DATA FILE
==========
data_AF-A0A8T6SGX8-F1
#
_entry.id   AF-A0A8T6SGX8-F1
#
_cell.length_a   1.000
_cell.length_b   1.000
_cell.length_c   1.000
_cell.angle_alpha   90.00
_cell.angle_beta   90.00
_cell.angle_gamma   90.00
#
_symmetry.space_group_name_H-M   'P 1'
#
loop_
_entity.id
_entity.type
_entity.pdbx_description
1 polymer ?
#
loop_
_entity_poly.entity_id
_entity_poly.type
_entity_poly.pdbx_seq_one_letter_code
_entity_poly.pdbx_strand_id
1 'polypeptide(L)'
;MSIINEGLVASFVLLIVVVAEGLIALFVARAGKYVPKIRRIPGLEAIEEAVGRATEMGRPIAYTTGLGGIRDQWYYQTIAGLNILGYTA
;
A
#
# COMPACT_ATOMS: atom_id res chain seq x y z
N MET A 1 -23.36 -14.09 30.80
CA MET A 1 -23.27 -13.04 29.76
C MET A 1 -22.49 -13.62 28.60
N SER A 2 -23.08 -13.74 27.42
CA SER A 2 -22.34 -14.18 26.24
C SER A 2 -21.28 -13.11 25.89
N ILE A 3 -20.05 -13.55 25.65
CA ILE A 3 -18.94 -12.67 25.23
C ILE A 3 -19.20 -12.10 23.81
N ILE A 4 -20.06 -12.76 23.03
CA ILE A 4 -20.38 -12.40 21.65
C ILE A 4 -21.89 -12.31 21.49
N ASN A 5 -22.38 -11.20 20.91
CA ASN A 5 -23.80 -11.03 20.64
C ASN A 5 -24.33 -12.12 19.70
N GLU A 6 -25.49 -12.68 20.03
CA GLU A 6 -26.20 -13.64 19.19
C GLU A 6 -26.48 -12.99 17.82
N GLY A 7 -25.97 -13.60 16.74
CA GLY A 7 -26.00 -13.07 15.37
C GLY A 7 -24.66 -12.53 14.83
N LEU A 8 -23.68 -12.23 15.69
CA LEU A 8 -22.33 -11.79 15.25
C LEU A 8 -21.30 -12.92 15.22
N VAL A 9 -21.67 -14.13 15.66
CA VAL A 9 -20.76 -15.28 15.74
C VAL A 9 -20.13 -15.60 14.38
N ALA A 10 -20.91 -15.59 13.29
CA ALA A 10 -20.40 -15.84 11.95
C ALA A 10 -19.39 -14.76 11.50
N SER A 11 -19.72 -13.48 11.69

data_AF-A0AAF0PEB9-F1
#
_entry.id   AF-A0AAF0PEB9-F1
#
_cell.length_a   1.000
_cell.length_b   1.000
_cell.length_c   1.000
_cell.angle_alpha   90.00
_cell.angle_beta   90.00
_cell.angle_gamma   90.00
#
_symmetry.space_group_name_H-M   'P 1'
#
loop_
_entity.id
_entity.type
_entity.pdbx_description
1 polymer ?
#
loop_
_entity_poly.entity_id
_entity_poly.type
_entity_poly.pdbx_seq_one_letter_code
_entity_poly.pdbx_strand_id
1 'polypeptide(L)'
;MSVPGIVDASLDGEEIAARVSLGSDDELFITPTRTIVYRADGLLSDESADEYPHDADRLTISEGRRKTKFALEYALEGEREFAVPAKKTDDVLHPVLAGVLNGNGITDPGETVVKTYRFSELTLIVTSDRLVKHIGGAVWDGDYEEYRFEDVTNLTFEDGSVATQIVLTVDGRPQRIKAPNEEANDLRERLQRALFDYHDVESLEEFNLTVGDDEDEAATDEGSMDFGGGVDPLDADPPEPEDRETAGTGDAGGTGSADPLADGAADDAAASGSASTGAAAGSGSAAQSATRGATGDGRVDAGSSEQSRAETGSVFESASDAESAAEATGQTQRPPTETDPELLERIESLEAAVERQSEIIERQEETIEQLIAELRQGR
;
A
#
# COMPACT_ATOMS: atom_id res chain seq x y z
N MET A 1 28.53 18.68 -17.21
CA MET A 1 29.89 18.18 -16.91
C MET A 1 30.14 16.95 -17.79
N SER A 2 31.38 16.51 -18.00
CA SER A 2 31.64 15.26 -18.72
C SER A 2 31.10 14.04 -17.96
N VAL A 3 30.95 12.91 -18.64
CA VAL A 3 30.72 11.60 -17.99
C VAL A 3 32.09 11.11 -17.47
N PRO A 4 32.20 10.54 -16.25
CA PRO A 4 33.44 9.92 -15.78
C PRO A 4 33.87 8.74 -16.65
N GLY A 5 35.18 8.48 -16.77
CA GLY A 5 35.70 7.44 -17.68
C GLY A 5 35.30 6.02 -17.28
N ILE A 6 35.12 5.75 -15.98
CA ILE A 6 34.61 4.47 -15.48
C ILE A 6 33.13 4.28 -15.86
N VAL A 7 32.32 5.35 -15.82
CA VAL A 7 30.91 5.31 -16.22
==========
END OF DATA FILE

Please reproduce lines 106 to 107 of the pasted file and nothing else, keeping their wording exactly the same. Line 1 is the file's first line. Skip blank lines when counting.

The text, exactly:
C GLY A 5 35.30 6.02 -17.28
N ILE A 6 35.12 5.75 -15.98